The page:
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Palace maintains ICC has no jurisdiction over Philippines

Malacañang on Thursday maintained that the International Criminal Court (ICC) has no jurisdiction over the Philippines.

Interviewed on Unang Balita regarding the ICC's decision to authorize an investigation into the killings in the Philippines' war on drugs, chief presidential legal counsel Salvador Panelo once again mentioned the country's withdrawal from the Rome Statute.

"Nilalabag nila ang ating karapatan [They are violating our rights], that's interference into our domestic affairs," Panelo said.

The Philippines officially withdrew from the Rome Statute — the treaty that established the ICC — on March 17, 2019.

In a statement on Wednesday, the ICC said that its Pre-Trial Chamber 1 has granted then-Prosecutor Fatou Bensouda's June 14 request to probe crimes "allegedly committed on the territory of the Philippines between 1 November 2011 and 16 March 2019 in the context of the so-called 'war on drugs' campaign."

The ICC said that a "specific legal element of crime against humanity of murder" has been met with respect to Duterte's war on drugs in the period from July 1, 2016 — the day after President Rodrigo Duterte was sworn into office as chief executive — until March 16, 2019, the day before the Philippines formally exited the Rome Statute.

In a separate interview on Super Radyo dzBB, Panelo said ICC probers will not be allowed entry in the Philippines.

"They're doing acts in violation of our laws, how can they come in?" he said.

According to Panelo, the ICC could only conduct an investigation if the state has no functioning judicial system which, he said, is not the case in the Philippines.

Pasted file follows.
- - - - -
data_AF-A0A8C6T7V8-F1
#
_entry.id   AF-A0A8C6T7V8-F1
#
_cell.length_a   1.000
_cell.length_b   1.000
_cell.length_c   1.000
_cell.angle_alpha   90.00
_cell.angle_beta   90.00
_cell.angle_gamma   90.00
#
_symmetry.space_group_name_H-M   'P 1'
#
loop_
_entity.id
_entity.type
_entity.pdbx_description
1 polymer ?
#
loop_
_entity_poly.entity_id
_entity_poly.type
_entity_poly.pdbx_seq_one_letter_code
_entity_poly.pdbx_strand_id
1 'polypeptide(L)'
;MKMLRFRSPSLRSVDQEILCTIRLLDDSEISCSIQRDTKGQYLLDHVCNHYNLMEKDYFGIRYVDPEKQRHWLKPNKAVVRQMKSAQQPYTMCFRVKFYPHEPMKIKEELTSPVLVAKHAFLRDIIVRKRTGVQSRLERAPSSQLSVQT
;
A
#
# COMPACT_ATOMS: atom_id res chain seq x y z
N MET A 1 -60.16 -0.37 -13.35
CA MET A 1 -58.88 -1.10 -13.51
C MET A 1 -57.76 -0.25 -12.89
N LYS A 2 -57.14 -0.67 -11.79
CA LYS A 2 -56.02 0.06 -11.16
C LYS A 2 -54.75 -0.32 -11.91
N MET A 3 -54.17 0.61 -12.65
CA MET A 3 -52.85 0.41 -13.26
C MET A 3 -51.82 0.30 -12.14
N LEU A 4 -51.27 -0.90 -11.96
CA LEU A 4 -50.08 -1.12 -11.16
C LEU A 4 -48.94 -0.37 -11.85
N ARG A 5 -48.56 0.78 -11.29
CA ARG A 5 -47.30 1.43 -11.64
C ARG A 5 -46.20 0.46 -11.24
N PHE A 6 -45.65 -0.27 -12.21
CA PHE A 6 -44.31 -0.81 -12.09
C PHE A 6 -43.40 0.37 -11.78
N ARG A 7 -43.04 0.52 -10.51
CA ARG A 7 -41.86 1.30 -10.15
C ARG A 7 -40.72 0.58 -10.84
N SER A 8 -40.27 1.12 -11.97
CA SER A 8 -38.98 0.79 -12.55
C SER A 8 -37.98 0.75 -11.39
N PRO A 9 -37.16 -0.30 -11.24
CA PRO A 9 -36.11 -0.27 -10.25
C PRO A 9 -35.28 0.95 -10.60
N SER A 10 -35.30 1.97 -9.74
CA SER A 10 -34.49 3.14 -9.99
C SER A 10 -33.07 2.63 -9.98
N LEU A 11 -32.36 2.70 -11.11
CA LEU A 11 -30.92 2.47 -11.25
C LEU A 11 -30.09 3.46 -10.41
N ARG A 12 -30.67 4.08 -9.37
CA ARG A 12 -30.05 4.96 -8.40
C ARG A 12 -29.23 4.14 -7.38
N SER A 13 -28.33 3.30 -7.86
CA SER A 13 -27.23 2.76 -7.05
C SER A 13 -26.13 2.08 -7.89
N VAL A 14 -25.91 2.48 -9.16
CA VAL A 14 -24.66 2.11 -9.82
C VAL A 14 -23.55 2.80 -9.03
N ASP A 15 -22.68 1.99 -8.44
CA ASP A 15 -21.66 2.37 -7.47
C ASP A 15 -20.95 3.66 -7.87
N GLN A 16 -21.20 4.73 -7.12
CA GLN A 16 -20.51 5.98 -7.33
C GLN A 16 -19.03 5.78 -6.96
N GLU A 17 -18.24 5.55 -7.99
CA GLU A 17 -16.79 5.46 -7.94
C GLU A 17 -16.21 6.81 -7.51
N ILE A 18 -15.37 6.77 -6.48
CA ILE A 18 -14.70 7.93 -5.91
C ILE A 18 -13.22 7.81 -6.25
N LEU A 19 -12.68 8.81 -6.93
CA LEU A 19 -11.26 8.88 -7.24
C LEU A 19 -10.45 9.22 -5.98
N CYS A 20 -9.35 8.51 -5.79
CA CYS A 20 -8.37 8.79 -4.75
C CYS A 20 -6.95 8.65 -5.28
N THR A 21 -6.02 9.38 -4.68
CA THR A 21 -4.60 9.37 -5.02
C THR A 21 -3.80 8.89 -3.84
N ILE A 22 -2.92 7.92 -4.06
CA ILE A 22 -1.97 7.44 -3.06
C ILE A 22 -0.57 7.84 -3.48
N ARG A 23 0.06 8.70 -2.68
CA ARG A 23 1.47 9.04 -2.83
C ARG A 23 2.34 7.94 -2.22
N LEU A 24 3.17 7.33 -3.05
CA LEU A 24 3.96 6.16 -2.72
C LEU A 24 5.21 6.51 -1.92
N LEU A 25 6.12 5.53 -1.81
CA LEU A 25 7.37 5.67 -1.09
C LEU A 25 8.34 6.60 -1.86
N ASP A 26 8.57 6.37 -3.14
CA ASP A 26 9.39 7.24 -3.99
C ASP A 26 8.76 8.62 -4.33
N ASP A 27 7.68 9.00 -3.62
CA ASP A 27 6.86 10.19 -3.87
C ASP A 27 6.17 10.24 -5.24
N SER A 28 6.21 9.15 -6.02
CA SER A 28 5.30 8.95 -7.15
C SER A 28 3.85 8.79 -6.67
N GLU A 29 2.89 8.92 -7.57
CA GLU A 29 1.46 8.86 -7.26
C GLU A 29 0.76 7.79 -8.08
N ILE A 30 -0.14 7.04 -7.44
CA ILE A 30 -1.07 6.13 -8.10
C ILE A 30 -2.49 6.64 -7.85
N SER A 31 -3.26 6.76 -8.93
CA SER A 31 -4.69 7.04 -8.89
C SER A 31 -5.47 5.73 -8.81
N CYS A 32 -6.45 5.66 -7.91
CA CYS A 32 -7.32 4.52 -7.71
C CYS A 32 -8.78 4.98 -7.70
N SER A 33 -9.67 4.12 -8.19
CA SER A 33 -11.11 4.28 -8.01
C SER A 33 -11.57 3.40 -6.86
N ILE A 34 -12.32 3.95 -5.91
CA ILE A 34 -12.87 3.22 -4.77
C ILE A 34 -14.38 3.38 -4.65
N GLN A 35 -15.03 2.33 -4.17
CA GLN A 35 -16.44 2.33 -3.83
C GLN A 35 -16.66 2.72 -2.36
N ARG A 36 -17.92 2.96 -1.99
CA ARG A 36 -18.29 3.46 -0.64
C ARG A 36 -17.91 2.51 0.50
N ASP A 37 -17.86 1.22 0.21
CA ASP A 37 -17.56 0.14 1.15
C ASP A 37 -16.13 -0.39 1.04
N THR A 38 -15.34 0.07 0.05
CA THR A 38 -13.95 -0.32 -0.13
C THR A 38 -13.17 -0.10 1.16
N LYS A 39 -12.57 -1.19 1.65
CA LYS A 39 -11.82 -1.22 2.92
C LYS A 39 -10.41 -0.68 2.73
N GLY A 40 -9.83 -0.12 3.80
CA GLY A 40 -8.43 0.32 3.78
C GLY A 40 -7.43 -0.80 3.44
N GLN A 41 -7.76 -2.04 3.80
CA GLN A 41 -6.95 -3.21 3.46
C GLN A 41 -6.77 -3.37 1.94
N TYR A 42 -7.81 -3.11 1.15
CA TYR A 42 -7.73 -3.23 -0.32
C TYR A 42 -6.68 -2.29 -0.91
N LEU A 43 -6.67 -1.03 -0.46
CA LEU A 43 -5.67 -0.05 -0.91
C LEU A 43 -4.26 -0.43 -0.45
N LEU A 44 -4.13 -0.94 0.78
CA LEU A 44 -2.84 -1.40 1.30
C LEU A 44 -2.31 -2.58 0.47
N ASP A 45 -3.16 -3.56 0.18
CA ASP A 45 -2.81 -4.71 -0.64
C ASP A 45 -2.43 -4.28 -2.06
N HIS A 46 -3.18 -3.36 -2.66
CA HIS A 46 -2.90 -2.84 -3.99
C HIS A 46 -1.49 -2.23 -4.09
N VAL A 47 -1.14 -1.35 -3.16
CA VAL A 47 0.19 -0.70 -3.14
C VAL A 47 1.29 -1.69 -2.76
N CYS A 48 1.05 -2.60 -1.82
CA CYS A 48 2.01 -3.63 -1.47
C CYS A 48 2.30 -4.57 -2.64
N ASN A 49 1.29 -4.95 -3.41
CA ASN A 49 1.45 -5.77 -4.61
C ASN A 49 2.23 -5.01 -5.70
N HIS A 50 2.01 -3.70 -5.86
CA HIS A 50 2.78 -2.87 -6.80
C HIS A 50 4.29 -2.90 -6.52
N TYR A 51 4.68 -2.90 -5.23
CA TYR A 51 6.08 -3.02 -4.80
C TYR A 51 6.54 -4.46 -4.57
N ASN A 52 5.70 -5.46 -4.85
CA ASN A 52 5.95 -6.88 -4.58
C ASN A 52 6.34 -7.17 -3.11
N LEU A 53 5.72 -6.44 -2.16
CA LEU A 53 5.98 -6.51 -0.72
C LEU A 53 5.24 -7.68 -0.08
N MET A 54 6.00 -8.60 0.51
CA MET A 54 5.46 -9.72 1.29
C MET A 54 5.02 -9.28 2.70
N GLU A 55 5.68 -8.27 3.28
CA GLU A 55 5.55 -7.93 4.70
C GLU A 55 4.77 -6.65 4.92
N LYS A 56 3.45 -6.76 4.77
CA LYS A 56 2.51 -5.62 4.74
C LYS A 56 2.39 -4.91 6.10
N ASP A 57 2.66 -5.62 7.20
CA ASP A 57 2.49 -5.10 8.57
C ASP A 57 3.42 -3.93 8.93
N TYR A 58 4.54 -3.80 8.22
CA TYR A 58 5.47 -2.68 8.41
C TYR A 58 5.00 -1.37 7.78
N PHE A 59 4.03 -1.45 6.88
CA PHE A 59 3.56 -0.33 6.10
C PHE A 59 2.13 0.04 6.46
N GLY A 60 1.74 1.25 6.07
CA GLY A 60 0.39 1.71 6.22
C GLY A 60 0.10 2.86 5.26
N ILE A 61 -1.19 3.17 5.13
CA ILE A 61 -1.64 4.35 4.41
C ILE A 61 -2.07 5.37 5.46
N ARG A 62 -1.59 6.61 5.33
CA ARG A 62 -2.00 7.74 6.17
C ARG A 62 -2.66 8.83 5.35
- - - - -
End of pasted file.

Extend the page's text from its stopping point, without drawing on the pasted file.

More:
"'Yung ating bansa, napakalusog ng judicial system. Alam natin na lahat ng mga kaso na hinahain napo-prosecute, meron tayong process na sinusunod," he said on Unang Balita.

(We have a healthy judicial system. Cases that are filed get prosecuted. We follow a process.)

He said for ICC to enter into the picture, it must be proven that the state is "unwilling" to prosecute suspects.

"At kung willing man ay wala silang kakayahang mag-prosecute [Or if they're willing, they do not have the capability to prosecute]," Panelo said.

He also said the Rome Statute is not enforceable in the Philippines because it was not published in the Philippine government publication.

"Yang Rome Statute, ever since that is not enforceable because from the very beginning hindi yan lumabas sa [it didn't come out in the] Official Gazette. And our civil law requires public case on the penal law or any law on the Official Gazette bago ito ipatutupad. Hindi nangyari yan [That didn't happen]," he said.

Panelo said there is "nothing new" with the latest development regarding the ICC.

"Hindi naman bago yan, talagang ever since pinagpipilitan nila [That's not new, ever since they are really hellbent on doing that]," he said.

Asked about the next action of the government in relation to the ICC probe, Panelo said the government will just let the international body do its investigation.

“Ano gagawin mo? Nag-withdraw na nga tayo, pumapasok pa sila. Eh 'di hayaan mo sila [What can you do? We've withdrawn from the Statute and yet they're still meddling with our affairs. So we'll just let them),” he said.

Meanwhile, the Human Rights Watch said the ICC investigation is a "much-needed check" on Duterte.

In a statement on Thursday, HRW senior Philippines researcher Carlos Conde pointed out the families of those killed in the drug war, as well as the survivors, can now hope that perpetrators could be held accountable.

“The International Criminal Court’s decision to open an investigation into brutal crimes in the Philippines offers a much-needed check on President Rodrigo Duterte and his deadly 'war on drugs,'” he said.

“Victims' families and survivors have reason to hope that those responsible for crimes against humanity could finally face justice.”   — with Joviland Rita/KBK, GMA News